Many college students are slowly entering adulthood, a terrifying yet equally exciting journey ahead of us. A gigantic part of this voyage is self-validation and networking, not only in our private lives but also professionally. With this in mind, LinkedIn has unequivocally become the stamp of professionalism and success. Users on this platform recruit or seek employment by showcasing their accomplishments to their connected “peers.” However, is scrolling through the feed of others’ successes and showing off yours the best booster to your self-confidence, especially during a pandemic where opportunities are scarce, and when motivation is at an all-time low?
What Really is LinkedIn, Anyway?
Founded in 2003, LinkedIn had a humble beginning as an “alternative to job-listing databases,” filled with established industry professionals and institutions that you “connected” with. It was strictly business. Not until 2010 did the platform adopt a “friendlier” and more social media-like outlook by introducing functions for sharing news and life updates. LinkedIn reaches its peak after being purchased by Microsoft in 2016 with its dual identity: a job-seeking and recruiting networking site with user profiles formatted as digital public CVs and a social media platform powered by the users’ links and posts.
LinkedIn today has evolved into a Facebook lookalike with its reaction buttons and comments, carrying the mission of connecting the world’s professionals and making them more “productive and successful.” So what’s the appeal for a platform that is made purely functional? The company boasts that each new connection will expand the reach of your network by 400 people, 100 companies, and more than 500 jobs on average. An enticing deal for young professionals #opentowork. While many view the platform as unstimulating, the reality is rather the opposite, both in content and revenue. According to The New York Times, the company reported that its 645 million users generate over 2 million posts, videos, and articles every day, contributing $5.3 billion in revenue to Microsoft in 2018.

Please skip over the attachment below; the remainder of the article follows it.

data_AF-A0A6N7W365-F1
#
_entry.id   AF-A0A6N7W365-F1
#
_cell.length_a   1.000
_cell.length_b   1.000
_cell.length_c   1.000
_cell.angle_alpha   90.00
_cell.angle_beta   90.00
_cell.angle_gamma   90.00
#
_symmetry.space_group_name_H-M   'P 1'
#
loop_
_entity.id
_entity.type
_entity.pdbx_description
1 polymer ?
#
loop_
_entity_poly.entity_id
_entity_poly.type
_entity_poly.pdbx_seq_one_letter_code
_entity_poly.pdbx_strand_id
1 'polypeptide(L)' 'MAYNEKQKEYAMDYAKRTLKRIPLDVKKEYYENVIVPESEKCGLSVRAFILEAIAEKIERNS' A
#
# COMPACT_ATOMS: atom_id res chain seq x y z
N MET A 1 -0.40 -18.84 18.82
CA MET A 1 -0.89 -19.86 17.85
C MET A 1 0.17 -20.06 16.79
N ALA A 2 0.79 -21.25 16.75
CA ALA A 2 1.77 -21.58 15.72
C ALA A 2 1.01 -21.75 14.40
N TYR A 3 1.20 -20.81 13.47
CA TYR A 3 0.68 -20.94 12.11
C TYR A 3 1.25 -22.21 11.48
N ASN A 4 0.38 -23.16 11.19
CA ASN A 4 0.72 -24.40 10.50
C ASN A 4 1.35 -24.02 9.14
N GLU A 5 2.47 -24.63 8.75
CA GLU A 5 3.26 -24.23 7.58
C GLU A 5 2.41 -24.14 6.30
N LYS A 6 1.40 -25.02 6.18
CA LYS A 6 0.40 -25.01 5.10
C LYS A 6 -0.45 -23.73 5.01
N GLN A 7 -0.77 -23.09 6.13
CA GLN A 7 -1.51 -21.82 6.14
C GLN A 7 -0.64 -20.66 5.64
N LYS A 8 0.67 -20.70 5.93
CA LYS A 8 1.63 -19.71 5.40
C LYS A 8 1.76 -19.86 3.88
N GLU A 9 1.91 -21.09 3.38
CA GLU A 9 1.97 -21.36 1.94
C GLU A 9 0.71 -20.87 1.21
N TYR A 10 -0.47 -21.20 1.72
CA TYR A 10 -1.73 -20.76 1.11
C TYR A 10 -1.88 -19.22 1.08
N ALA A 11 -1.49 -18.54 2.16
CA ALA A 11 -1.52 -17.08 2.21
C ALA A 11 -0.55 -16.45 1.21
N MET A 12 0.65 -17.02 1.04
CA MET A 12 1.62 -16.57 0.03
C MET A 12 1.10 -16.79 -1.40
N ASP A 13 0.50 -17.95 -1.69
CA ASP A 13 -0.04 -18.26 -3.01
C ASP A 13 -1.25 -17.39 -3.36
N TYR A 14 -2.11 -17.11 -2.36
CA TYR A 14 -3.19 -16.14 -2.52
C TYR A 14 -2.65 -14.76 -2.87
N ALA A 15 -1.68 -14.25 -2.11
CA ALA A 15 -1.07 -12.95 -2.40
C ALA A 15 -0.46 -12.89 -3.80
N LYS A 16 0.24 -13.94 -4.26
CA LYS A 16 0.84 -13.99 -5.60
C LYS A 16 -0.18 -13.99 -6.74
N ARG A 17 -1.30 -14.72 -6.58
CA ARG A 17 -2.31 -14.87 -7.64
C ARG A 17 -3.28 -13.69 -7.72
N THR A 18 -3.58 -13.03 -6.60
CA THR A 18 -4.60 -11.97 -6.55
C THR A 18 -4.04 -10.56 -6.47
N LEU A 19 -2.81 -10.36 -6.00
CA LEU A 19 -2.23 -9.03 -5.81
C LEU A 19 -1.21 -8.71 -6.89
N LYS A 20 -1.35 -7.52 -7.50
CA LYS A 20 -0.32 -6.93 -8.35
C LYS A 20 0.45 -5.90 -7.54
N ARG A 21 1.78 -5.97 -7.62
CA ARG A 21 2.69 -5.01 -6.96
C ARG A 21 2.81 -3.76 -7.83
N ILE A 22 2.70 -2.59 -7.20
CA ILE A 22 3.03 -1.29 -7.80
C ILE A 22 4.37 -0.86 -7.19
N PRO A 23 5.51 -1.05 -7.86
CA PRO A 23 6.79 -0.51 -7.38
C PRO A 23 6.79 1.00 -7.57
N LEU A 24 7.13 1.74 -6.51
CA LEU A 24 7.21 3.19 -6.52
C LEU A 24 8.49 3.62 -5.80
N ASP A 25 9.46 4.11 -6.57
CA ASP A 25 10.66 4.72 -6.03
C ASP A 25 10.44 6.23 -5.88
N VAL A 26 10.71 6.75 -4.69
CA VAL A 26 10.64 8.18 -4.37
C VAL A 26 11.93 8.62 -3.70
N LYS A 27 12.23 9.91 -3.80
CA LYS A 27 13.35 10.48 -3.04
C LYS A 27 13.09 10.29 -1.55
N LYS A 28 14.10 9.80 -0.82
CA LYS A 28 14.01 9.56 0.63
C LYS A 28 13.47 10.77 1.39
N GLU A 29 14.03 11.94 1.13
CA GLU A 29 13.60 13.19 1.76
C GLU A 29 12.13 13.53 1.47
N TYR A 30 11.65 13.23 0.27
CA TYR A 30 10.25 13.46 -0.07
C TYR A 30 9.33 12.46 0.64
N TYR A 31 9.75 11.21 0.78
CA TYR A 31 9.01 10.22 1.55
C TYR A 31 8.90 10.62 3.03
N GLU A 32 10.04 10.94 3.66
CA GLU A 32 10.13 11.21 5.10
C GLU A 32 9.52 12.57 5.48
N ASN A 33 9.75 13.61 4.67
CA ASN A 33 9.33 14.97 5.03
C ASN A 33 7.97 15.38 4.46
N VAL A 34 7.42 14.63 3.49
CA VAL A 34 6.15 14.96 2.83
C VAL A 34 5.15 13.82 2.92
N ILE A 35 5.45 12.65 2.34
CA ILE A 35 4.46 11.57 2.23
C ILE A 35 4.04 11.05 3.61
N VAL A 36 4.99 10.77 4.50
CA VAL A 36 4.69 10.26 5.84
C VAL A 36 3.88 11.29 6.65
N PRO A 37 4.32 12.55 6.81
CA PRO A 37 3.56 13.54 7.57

For a platform that places a hefty focus on connectivity, is LinkedIn really connecting people? Well, it isn’t. Since its earlier days, the platform was never meant for any personal relationship or authentic interactions. Everything on LinkedIn is carefully formulated and masterfully crafted, and refined to impress, at least on the practical and professional level. LinkedIn’s Editor-in-chief Dan Roth understands this nature more than anyone and asserts that “You talk on LinkedIn the same way you talk in the office.” Unlike many social media, the platform bears specific boundaries of what is acceptable and appropriate because it is “as close to your permanent record as you can get,” disincentivizing users to share anything too personal. Therefore, the connections in your network may as well consist of people you only barely hear of, recognize or know. While the platform also circulates content about its users’ struggles and failures, it still lacks the humanism inherent in other typical social media.
LinkedIn as an Ego Amplifier: Is Success Overrated?
As the platform brands itself as a space for young professionals to market themselves, each user profile is loaded with the individual’s achievements. From education, endorsements to skills, working, and volunteer experiences, your accomplishments are neatly organized and curated into a clean-cut digital, interactive CV. While many of us often feel under-accomplished considering our age and life experiences, seeing our attainments stacked in one place indeed brings a sense of satisfaction and comfort, knowing we at least have done something meaningful or productive with our lives.